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What do people mean when they say owner builder or build your own house? Does this translate into swinging a hammer or managing trade contractors? Actually, both of these are correct. When you take on a project to build a new home without a general contractor, you decide what portions of the project to do yourself and what will be completed by subcontractors. Having the ability to choose can save you serious money as the owner builder.
DIY If you have skills in a particular trade and have the extra time, you may decide to do the work yourself for a given activity. By taking on this work, you can add to the savings you will see from being your own general contractor. I have a friend that was a remodeler in a past career. He decided to do much of the work himself when he built his new home as he had the knowledge and experience.
Another time where you might consider DIY for your home building project would be if all your bids came back too high for a given task. Let’s say all of your drywall bids were higher than you expected. You may not have experience with the drywall trade, but you could offer to clean up after hanging is complete and then again after finishing to save money.
Professional home builder’s use this tactic all the time. If a given activity is going to cost more than it should, they will substitute their own labor (employees or their own time) to do the work or a portion of the work. This helps keep subcontractors honest with pricing.
Hire it Out When a job task requires special skills or tools, it’s a good idea to hire a professional subcontractor to do the work. The mechanical trades (i.e. electrical, plumbing, and HVAC) are a good example of work that requires special knowledge and skill. If you have worked in these trades, you may decide to take them on.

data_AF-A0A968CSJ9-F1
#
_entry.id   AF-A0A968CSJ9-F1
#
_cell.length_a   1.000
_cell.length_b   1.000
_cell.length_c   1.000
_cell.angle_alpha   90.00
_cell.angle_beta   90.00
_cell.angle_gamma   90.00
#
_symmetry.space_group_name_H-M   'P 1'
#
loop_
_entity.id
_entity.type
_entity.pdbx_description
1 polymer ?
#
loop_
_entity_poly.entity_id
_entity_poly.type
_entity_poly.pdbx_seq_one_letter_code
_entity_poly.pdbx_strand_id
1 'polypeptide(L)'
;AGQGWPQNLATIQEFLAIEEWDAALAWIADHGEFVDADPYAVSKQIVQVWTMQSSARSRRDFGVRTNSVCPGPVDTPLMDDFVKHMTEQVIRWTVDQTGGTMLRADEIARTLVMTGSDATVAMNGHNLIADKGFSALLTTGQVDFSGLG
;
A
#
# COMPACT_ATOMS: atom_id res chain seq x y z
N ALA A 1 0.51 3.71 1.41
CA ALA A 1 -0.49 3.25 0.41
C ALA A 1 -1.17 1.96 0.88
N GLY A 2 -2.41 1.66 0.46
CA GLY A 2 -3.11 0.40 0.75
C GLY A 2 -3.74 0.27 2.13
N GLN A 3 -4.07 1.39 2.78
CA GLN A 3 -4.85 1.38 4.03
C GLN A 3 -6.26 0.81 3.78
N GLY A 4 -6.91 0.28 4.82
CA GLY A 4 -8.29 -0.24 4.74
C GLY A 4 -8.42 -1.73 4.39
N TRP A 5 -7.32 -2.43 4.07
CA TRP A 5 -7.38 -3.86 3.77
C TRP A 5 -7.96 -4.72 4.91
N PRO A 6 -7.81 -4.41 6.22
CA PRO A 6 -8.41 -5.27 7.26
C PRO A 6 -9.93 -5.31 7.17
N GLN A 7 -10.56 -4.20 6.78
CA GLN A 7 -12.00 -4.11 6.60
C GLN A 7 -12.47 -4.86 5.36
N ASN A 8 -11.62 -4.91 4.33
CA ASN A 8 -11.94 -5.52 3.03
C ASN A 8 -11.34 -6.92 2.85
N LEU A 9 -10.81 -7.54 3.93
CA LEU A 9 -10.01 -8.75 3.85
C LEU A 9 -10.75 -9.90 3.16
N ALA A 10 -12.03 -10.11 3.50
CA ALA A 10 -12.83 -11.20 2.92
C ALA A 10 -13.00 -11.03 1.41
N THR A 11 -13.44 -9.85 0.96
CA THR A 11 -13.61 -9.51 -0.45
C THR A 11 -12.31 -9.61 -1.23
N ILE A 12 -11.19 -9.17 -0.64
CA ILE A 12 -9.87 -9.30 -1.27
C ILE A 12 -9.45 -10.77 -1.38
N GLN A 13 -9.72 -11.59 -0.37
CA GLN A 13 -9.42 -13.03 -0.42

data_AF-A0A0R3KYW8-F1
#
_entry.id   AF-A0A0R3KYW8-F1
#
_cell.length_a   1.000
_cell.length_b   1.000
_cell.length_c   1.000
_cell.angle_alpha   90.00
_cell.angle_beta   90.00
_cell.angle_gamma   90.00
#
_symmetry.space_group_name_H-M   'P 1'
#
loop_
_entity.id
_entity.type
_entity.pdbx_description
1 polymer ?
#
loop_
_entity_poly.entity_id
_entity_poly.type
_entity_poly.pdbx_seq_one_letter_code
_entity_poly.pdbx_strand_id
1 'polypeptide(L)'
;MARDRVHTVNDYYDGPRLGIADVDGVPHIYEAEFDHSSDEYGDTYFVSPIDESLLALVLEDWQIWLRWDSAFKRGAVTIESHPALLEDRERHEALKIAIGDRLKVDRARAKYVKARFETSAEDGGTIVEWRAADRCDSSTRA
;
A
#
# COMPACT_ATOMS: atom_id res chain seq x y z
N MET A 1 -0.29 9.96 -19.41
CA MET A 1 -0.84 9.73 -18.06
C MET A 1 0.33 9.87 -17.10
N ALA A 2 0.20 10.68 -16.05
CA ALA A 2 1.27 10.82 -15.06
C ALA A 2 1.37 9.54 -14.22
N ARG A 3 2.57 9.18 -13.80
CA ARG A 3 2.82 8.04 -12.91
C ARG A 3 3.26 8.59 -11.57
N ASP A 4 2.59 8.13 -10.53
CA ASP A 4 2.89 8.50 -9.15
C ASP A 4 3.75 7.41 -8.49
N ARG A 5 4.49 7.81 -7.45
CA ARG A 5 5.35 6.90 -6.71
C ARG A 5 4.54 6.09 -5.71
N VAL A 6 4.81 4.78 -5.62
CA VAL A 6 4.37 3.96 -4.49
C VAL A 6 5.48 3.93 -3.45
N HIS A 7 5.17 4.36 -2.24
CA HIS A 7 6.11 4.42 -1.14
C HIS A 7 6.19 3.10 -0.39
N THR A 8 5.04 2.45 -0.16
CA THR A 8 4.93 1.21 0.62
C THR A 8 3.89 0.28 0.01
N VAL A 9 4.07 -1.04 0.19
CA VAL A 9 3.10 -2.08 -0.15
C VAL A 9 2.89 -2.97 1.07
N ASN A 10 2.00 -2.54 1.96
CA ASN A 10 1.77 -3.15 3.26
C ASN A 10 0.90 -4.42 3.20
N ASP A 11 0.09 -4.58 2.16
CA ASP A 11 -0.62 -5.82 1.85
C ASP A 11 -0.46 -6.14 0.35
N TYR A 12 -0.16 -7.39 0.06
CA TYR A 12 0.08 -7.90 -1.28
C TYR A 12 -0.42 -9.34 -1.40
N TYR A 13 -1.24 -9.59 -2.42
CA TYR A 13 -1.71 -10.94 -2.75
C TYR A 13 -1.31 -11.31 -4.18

You will also want to hire companies to perform tasks that require special tools. For example, excavation for your new foundation requires heavy equipment. You could rent the equipment, but by the time you do this and learn how to operate it, it’s probably cheaper to hire an excavation company to do the work.
Family and Friends One of the benefits to taking on the general contractor role for your new home building project is you get to decide who does the work. Most professional home builders won’t allow you to choose who does the work when they are in control of the project. This is because general contractors have contract agreements and/or loyalties with specific companies. They may also be afraid of substandard workmanship with trades they aren’t familiar with.
When you are in control, you can look to friends and colleagues for help. Maybe your cousin has a plumbing company or your best friend is rough carpenter. These relationships are great ways to get quality work done on your new home at discounted prices.
Tip for Time Strapped Owner Builders
If you would like to do more of the physical work on your new home but don’t feel like you have the time while handling the general contractor duties, you may want to consider building the home in phases. You can leave your basement or attic unfinished and start those projects back up after move in.
You may also want to speak with your building department about building out the interior of your new home in phases. The building department will have certain minimum requirements to make sure your home is safe to live in. If you decide to go this route, be sure to tell your trade contractors and suppliers of your intentions. You will want to rough in plumbing under slabs and you may want to rough in other mechanicals to the future finished areas. This will prevent you from having to tear apart the new portions of your home when starting the projects back up.
Taking on the general contractor role for your new home building project gives you the flexibility to decide when to do the work yourself. This can add serious savings to your new project.